Donald Foster

From Academic Kids

This page is about the American professor, who uses "Donald W. Foster" in his academic writing and "Don Foster" in his popular writing. See Don Foster for the UK politician.

Donald W. Foster, born 1950, is a professor of English at Vassar College in New York. He achieved instant academic notoriety with his 1985 doctoral thesis, which tentatively identified Shakespeare as the author "W. S." of an obscure 1612 poem, A Funerall Elegye in memory of the late Vertuous Maister William Peeter, the first new Shakespeare identification in over a century. The scholarly community widely rejected the claim, but as the controversy subsided, the idea gained small amounts of acceptance, most notably with some publishers who included the poem in their Complete Shakespeare editions. In 1995, Foster went further by announcing that "A Funerall Elegye belongs hereafter with Shakespeare's poems and plays". [1] ( In 2002, Gilles Monsarrat and Brian Vickers came to the conclusion that John Ford was more likely to be the correct author, and Foster accepted this new attribution.

In the mid-nineties, the academic controversy began to attract popular attention, leading to numerous requests for Foster to apply his "literary detective" skills to various anonymous and pseudonymous texts. Using a mixture of traditional scholarship and computers to perform textual comparisons, Foster looks for unique and unusual usage patterns. At his best, he is perhaps the closest literary scholarship gets to proving something "by algebra".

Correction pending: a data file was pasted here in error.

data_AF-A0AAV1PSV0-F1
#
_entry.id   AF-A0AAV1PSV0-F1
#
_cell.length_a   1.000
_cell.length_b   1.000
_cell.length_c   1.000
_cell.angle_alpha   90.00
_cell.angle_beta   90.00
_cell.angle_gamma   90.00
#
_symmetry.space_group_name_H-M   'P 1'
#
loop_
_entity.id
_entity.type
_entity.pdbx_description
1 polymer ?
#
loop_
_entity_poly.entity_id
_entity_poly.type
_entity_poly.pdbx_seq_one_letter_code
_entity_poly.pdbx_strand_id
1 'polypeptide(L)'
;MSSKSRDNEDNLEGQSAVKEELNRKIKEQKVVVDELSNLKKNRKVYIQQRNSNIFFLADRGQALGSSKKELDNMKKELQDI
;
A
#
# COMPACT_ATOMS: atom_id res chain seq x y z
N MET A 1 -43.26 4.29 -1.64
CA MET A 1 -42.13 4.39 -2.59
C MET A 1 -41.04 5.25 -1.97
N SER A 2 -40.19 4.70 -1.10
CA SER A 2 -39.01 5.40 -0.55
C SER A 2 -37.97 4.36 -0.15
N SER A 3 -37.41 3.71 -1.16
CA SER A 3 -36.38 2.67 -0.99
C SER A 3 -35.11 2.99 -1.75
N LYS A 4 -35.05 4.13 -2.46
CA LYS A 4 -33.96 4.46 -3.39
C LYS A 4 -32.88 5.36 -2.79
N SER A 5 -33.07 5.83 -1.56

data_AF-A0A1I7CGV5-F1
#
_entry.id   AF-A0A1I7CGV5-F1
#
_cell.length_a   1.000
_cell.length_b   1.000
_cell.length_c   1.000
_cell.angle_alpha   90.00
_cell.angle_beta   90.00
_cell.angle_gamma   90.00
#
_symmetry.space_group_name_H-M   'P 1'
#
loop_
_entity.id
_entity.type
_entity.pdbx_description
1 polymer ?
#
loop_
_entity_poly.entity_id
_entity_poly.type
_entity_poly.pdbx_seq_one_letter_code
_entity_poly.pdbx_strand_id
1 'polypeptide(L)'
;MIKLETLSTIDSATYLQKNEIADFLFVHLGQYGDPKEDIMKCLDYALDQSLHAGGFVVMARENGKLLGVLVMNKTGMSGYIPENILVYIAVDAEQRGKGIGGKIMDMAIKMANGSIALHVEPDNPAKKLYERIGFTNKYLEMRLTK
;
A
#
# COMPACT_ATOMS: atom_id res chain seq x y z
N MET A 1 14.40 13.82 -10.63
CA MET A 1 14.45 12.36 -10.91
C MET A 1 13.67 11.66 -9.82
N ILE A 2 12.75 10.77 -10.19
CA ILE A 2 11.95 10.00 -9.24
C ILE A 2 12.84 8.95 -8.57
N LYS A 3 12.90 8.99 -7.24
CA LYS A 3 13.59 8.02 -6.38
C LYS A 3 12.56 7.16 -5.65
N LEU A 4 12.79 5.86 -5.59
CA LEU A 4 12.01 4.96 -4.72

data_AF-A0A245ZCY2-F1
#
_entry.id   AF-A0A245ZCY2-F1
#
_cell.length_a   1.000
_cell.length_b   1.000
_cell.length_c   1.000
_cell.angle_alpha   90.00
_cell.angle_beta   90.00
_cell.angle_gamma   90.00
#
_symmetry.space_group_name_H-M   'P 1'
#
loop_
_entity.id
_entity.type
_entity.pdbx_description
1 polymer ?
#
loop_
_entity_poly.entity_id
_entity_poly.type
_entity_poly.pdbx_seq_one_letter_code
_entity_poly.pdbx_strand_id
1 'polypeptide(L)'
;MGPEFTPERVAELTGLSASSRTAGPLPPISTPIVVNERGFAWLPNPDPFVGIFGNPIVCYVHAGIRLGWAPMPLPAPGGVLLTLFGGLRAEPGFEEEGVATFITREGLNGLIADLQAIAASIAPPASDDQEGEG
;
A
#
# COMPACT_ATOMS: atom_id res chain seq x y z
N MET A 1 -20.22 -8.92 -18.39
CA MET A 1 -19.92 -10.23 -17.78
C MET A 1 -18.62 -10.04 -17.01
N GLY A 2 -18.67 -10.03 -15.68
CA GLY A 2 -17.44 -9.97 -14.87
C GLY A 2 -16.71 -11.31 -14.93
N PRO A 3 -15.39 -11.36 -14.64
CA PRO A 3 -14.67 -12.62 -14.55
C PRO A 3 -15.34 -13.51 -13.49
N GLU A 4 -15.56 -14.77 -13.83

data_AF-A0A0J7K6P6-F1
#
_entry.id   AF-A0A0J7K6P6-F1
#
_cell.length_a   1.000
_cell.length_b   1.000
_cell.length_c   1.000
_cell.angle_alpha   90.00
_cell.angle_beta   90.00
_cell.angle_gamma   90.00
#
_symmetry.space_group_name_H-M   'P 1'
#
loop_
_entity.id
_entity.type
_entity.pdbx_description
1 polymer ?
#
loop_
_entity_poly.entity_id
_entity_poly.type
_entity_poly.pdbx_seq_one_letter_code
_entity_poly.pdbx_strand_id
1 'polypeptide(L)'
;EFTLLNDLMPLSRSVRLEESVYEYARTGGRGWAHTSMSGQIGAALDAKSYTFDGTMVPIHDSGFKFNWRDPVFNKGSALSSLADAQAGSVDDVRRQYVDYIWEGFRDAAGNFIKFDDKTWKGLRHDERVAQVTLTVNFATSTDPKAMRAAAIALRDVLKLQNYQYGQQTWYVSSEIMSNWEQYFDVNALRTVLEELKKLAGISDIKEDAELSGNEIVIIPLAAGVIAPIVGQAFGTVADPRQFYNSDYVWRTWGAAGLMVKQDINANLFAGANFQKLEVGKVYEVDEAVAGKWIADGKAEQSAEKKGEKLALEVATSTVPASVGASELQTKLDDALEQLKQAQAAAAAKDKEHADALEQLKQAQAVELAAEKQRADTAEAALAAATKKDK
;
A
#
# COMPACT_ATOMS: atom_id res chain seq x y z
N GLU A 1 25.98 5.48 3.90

It should be noted that computer based statistical techniques for textual analysis had been used by historians long before Foster developed his own, most notably with the Federalist Papers, with very little controversy.

High points in Foster's detection include:

Foster has garnered controversy for his techniques. In particular, his involvement in the JonBenét Ramsey murder case aroused criticism when it emerged that the scholar had offered his services to both sides, initially lobbying passionately for Patsy Ramsey's innocence, but then going on a few months later, having been spurned by Ramsey's lawyers and hired by the police, to argue dispassionately for the opposite verdict.

Foster has taken an interest in the 2001 anthrax attacks. Initially he argued that the perpetrator was likely a foreigner, but later wrote an article for Vanity Fair naming Steven Hatfill as a prime suspect (Hatfill had already been labeled a "person of interest" by Attorney General John Ashcroft). Hatfill is suing Foster for defamation. [2] (

Foster is the author of two books: Elegy by W.S.: A Study in Attribution (1989) ISBN 0874133351 and Author Unknown: On the Trail of Anonymous (2000) ISBN 0805063579.

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